Ahhhhh. I woke up at Holiday Inn with too few hours of sleep but the wonderful knowledge that I was in Colorado.
I stood in front of the window and saw the big, sparse, tan acres across the road. We were on the outskirts, the very outskirts of Denver, and hence the emptiness. But what a tantalising emptiness it was, full of adventures to be had and views to be captured! Soon we had to get up and repack and shuffle ourselves down to get onto the shuttle we'd requested to Enterprise. Nifty things, those shuttles! I kissed a handful of dollars goodbye each ride but the drivers were decent (some downright kind) and they need to eat! The only rental car place I've ever been to was on a family vacation to Wyoming. It was a tiny little building with a tiny little lot in a small town, and we had to wait for my dad to talk to the people inside, look over the car, get packed, etc. Prepared with that experience, I got off the shuttle in front of a medium sized building that looked new and gave me an overall impression of whiteness. A young man in an overcoat pleasantly informed us that we could leave our luggage outside until we came out to select our car. We acquiesced (comparing notes later on Mary and I confessed mutual trepidation about the thought of leaving our stuff on a sidewalk with a stranger, well-dressed or not), and entered an unexpected land of fresh-faced, spiffily dressed and very clean looking young people. I spotted one gentleman who had the look of his mid 40's, I guess the others to be in their 20's. I won't plaster you with all the details of checking in and the pulling out of drivers licenses, and the running conversation the dapper young man who helped us kept up. It all went surprisingly quickly, and after a slight misunderstanding about which level of car quality we were supposed to receive, we rather swiftly got escorted back to our luggage (it was still there - yay!) and were plunked into a white Dodge Caliber. I was excited because we had not brought the actual printout of the coupon for a free upgrade, and I was slipping myself into contentment with the thought of our lovely little compact. Mid parking lot, the guy pops out with "so, I'll take your word about the upgrade. How about one of these?" It was a nice car. It was not a sports car, and truly by today's standards it was pretty tame. To my eyes it was new, it was pretty, and it had lighted cup holders. You have to cut me some slack because I drive around in an 11 year-old Jeep Cherokee. Meets my needs, yes, but I get a little excited about any car that was manufactured in the last 5 years and has automatic windows that actually work when you press the button.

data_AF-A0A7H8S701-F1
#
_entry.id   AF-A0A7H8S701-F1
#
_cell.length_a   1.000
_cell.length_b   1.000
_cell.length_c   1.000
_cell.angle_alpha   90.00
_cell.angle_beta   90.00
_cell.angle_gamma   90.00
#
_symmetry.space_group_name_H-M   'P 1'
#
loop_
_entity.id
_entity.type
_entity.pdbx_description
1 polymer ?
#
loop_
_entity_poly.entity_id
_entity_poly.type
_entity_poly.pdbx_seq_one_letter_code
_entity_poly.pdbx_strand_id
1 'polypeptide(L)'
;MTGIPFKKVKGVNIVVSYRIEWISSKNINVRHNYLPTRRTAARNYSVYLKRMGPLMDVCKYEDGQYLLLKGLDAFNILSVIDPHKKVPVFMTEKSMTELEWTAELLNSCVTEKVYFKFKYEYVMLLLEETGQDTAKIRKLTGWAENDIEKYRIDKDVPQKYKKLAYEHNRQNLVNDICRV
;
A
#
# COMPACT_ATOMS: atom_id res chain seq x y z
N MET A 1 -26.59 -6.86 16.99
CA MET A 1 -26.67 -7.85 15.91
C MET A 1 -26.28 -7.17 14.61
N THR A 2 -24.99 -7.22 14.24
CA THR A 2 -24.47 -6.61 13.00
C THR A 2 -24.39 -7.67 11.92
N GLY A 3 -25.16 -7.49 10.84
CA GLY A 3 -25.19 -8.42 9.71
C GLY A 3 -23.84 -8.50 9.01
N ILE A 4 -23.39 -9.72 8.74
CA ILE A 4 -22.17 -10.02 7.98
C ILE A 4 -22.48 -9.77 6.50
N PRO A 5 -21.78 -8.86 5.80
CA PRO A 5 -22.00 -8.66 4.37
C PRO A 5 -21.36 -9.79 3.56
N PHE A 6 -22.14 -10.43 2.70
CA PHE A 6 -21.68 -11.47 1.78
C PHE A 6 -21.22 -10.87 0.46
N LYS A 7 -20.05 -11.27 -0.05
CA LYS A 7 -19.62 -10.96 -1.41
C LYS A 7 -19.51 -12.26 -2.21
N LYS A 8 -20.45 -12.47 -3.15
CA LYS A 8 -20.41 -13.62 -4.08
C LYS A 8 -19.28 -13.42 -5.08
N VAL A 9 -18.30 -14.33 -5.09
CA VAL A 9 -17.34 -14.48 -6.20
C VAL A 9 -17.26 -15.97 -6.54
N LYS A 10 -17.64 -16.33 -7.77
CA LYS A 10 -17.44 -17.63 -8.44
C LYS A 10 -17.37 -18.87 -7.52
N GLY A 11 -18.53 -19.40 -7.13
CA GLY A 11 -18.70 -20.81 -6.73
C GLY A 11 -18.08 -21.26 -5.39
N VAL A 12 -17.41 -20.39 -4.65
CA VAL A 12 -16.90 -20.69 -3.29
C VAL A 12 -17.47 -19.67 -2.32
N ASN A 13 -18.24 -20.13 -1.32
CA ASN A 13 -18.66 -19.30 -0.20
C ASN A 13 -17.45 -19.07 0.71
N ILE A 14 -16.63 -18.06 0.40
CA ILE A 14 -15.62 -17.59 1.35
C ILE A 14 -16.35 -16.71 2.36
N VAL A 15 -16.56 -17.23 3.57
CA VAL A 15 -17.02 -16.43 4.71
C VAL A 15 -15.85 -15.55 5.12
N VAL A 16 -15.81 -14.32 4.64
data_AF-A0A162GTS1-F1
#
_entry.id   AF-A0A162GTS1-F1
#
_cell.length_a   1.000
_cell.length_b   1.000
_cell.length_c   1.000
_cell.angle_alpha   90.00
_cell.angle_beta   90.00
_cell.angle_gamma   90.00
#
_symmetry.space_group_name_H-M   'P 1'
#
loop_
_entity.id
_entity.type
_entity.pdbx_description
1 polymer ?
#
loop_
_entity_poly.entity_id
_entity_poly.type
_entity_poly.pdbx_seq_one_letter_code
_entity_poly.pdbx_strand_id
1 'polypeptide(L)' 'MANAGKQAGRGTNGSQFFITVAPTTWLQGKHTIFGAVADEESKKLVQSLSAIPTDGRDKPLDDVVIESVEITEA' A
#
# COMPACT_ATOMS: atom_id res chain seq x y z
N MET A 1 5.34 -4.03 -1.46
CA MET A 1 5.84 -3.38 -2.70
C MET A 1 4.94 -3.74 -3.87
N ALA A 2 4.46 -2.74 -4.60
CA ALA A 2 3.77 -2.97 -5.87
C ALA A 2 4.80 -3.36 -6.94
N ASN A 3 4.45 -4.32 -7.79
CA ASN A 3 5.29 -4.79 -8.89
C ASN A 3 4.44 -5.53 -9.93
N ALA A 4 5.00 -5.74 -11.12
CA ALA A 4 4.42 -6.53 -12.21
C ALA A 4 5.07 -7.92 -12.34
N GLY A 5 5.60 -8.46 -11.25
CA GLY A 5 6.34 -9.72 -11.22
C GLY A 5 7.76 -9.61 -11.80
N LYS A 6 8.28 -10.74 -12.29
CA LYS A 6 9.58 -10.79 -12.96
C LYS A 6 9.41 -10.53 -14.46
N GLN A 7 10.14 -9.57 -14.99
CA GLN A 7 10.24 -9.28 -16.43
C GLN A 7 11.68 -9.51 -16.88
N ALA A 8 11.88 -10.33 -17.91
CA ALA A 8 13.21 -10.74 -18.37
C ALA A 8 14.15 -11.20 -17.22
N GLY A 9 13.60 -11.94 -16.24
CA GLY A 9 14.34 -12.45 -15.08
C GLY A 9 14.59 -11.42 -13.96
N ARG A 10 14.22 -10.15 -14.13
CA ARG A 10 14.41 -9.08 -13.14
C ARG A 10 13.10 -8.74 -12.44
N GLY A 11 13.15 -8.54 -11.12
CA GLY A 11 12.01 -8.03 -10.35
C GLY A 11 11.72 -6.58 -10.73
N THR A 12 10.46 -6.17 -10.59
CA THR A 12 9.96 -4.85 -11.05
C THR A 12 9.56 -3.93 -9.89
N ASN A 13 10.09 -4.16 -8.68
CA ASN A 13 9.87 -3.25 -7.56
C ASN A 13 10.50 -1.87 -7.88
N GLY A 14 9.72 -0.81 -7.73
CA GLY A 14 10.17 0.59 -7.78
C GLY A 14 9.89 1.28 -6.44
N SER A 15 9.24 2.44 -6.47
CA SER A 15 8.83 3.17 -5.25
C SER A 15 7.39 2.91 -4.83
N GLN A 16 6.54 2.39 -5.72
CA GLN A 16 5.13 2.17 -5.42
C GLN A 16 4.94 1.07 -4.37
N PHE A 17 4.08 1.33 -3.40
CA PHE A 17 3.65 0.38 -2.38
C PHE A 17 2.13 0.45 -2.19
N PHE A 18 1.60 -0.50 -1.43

We pulled out of Denver around 10:30 am and followed a road that led us along the side of a low mountain. We were famished, and were feeling a little doubtful at the availability of food since so far we had seen...pretty much nothing promising. Finally we turned off and saw *clapping* a restaurant! Which was closed *crying*. A desperate search of the car turns up the two extra bags of airline cookies from the day before. Score! Side note: So why did Delta give us each TWO bags of cookies on the flight? On the flight home I asked for peanuts instead of cookies, and I was handed a small bag with about 4 broken peanuts and a little bit of pulverized peanut skin at the bottom. Why were they so generous with the cookies?! Perhaps it was God providing for us before we even knew we'd need them... I'm only half joking, because we were very, very hungry when we left Denver! Back on track: we found a small convenience store, bought snacks enough to stave off the hunger bear, and motored our way towards Pagosa Springs. The trip was supposed to take about 5 hours, but I'd say we took around 6 or more. We were in no rush, and the drive was lovely, magnificent, inspiring, wonderful. Just a smidgen of highway with long stretches of smooth US-285, CO-112 and US-160. I thought I knew what Colorado looked like, so boy was I in for a surprising treat! We sped over enormous plains with grand old mountains that looked at us over the distances. Ranch entrances popped up here and there, several for the same ranch because of the sheer size of the place! Mary was in awe the whole trip. She was trying to rest in the passenger seat, but she kept kind of peeping out to say "Oh my!" and was craning her neck this way and that. It gave me the impression that she was eating it all up and feared missing one bit of the glory. It was like a fast slide show, and you had to look in all directions at once or you'd miss a frame. From the plains we passed through hills and mountains, the color and form of the land changing with every half-hour. We saw low brown mountains that looked like dark dripped sand castles, and smooth rounded hills that hugged the road on either side and had brown and tan shrubs and grass clinging here and there. There were hills that stood alone like islands in the midst of a valley. I called them "little", but they were only so in comparison to the giants we wound through later on. In the big mountains of green and yellow and orange I drove more tentatively. I wanted to see the view and not become part of it; guardrails were not quite the fashion. Later on several people told us that the Autumn color was past it's peak, but we saw some truly vibrant color on that drive. Splashes of deep, intense yellow lay along the mountain sides and were brought out vividly by a light rain. Evergreens touched their sharp fingers together and become a scented backdrop for the aspens. Sometimes I could smell the clean, good scent of it all and just smiled inside. That was the longest and most relaxing drive I've taken. We only stopped about 1 0r 2 times, once for lunch in Saguache. It was a tidbit of a town and we found a great little hometown store that made delicious sandwiches. Normally I would feel a little animosity towards a place for calling a hot roast beef and Swiss sandwich a "Philly". I forgave them after one bite because it was delicious, misnomer and all!